TG: What if there’s damage to cord in that area?

DD: Interesting question. So far, people have to have an MRI that shows they don’t have damage in that area. But it’s hard to predict outcomes. We are concentrating on subjects with primarily thoracic injuries, C7-T10. So far we have implanted people up to 17 years post-injury, some 50 or 60 years old. In the future I see no reason why people with damage in the T11-L2 area couldn’t be implanted. You never know what is possible until you try it.

TG: What about higher cervical injuries?

DD: We are excited and looking forward to including quads in another trial. We are funded and may be enrolling, hopefully, by the end of the year. It will be more difficult. We’ll have to build on what we are learning and it will require more electrode paddles placed in different locations, perhaps two or three. We want to learn what works best for a range of quad issues.

TG: How do you track and collect data from the different settings?

DD: With an app that we created. We had to write our own app in order to monitor not only the best settings for bowel and bladder, but also other factors that are affected by SCI, like cardio, spasticity, autonomic dysreflexia and BP, etc. And the purpose of collecting the data is so we can learn what settings work best for different uses. We need different programs for different outcomes, so patients’ treatment can be individualized. The results can be transmitted to us wirelessly.

TG: What about transcutaneous stim? Are you interested in doing that?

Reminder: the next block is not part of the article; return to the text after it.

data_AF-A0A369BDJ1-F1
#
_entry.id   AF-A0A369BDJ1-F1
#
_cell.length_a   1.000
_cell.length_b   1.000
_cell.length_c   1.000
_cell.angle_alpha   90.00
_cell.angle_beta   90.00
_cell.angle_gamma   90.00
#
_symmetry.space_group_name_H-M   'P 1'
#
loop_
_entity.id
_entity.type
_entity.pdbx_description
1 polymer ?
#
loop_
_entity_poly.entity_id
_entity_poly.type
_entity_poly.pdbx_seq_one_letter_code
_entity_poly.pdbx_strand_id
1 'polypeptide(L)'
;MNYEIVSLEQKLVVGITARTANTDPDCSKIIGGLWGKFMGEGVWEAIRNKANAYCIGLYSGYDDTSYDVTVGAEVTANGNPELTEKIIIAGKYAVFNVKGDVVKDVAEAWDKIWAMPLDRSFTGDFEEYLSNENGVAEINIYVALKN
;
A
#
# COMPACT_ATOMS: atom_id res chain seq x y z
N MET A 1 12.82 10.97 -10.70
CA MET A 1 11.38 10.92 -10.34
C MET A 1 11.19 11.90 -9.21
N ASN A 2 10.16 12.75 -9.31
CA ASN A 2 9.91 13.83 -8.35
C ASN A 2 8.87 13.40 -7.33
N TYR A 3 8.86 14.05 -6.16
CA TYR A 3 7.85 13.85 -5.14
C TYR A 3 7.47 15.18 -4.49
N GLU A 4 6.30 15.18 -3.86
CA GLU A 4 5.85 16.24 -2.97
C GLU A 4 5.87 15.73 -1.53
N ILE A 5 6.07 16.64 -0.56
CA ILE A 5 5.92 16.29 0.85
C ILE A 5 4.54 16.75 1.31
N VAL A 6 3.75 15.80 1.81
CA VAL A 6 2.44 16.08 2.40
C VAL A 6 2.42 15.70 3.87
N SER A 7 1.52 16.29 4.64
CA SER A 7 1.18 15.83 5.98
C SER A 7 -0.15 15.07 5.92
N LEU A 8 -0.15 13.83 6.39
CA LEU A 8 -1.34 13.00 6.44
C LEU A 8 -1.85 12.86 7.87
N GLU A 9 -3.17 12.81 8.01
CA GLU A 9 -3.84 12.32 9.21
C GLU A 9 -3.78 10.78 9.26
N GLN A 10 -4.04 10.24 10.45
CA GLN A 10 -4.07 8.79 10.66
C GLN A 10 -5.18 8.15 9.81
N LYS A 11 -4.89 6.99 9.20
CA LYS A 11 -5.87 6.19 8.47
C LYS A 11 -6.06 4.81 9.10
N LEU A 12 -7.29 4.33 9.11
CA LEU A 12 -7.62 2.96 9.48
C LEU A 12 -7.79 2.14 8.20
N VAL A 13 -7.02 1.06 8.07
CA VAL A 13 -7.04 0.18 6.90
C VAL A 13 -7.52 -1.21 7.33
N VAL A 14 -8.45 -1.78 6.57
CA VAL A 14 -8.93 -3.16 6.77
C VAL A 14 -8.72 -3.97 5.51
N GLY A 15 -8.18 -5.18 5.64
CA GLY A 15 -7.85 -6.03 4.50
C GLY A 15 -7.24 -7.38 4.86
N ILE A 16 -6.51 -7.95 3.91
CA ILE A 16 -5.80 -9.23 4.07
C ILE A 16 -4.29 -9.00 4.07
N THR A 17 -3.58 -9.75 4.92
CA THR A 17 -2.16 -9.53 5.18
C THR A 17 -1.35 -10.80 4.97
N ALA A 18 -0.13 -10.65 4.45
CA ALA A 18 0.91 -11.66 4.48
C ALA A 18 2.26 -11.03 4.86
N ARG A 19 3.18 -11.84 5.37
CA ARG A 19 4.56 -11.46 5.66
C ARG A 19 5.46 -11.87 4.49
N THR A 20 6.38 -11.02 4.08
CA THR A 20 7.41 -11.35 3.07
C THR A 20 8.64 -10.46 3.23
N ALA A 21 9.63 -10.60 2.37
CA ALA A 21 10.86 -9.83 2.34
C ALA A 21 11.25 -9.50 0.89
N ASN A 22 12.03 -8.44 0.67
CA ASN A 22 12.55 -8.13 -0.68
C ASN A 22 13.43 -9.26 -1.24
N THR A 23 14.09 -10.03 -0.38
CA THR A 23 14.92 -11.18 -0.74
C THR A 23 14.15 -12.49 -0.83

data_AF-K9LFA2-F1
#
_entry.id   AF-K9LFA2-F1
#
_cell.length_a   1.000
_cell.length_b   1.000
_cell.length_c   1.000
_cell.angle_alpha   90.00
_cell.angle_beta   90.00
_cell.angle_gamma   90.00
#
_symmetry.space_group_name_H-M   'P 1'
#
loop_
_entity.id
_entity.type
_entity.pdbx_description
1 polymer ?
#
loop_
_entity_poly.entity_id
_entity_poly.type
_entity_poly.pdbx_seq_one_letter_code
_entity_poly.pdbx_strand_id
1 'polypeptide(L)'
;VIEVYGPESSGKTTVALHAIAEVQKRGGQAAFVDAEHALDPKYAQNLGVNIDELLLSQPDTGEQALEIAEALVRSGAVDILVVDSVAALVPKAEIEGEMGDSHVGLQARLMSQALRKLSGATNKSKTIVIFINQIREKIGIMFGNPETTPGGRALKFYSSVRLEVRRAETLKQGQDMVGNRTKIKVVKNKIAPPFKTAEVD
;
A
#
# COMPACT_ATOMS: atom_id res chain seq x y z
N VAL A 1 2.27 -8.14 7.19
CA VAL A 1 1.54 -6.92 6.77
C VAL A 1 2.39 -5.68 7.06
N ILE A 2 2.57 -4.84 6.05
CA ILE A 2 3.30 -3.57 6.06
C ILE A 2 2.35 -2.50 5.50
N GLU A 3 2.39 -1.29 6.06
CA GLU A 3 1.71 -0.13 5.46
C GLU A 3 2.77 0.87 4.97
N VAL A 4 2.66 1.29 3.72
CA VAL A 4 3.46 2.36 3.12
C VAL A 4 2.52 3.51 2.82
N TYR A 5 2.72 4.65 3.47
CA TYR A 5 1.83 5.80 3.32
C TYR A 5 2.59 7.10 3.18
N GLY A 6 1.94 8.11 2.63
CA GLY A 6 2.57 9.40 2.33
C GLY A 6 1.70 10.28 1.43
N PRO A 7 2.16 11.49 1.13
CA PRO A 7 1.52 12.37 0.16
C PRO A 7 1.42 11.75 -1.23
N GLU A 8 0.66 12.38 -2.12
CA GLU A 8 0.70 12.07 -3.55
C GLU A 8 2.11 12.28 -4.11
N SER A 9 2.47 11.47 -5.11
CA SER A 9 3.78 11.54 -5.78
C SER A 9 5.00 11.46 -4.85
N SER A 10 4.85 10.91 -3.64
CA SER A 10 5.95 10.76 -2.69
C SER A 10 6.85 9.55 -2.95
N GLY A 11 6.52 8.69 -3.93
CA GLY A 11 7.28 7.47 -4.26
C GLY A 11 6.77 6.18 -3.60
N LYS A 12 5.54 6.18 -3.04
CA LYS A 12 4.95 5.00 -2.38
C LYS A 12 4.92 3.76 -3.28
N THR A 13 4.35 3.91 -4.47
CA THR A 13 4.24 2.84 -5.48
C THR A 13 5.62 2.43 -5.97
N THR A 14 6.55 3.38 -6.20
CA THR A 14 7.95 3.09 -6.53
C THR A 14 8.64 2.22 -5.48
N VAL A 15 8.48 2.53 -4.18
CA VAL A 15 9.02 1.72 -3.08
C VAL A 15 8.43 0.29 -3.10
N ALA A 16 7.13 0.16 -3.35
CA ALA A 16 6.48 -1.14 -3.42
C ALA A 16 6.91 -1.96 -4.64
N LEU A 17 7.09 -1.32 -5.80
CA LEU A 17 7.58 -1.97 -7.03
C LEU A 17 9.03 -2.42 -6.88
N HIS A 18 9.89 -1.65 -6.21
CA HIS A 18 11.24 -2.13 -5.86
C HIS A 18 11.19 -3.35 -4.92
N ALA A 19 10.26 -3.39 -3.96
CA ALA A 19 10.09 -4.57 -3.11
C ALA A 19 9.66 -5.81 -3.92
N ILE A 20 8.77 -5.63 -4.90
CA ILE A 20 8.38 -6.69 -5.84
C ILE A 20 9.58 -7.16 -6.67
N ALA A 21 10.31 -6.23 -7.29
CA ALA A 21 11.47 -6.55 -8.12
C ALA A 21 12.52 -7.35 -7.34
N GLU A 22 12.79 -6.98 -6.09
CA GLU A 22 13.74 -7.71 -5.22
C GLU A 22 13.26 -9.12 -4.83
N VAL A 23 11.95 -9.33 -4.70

DD: Yes, of course, if you can do it, it would be better than surgery. But we don’t know if we can tailor it like we can with epidural stim, where we can shift paddle placement by monitoring results during the operation according to the individual injury. Electrically it is further from the cord, so we don’t know if it will be comparable … yet.

Right now our approach is to target people who don’t have the time, money or ability to dedicate themselves to months and months of intensive rehab, but who might benefit more or less immediately and be able to do this in their homes. We are seeing a range of beneficial results converge in three to six months — bowel, bladder, sexual function and more. We want to facilitate it so people in rural areas can do this and maybe improve strength and bone building for later specialized locomotor training, if they have the opportunity. We want to minimize the burden on the person with SCI. We don’t think our approach is better or that LT is not needed, we are just hopeful that our work complements what everyone else is doing.

TG. Wise Young has talked about the need for SCI research scientists to not only do clinical trials, but to design them in such a way that the treatments can be applied in an affordable and practical way for as many people as possible. Sounds like that is a philosophy the two of you share.

DD: Absolutely. I’m not a scientist per se, I’m a surgeon. I work with patients all the time and I want to help them get better. So far the biggest gains, according to the patients’ own responses, are with bowel management and spasticity. One hundred percent have seen benefits with spasticity. And spending less time in the bathroom is a big deal for so many SCI survivors. We are finding out how important working with patients is and getting to know them as individuals.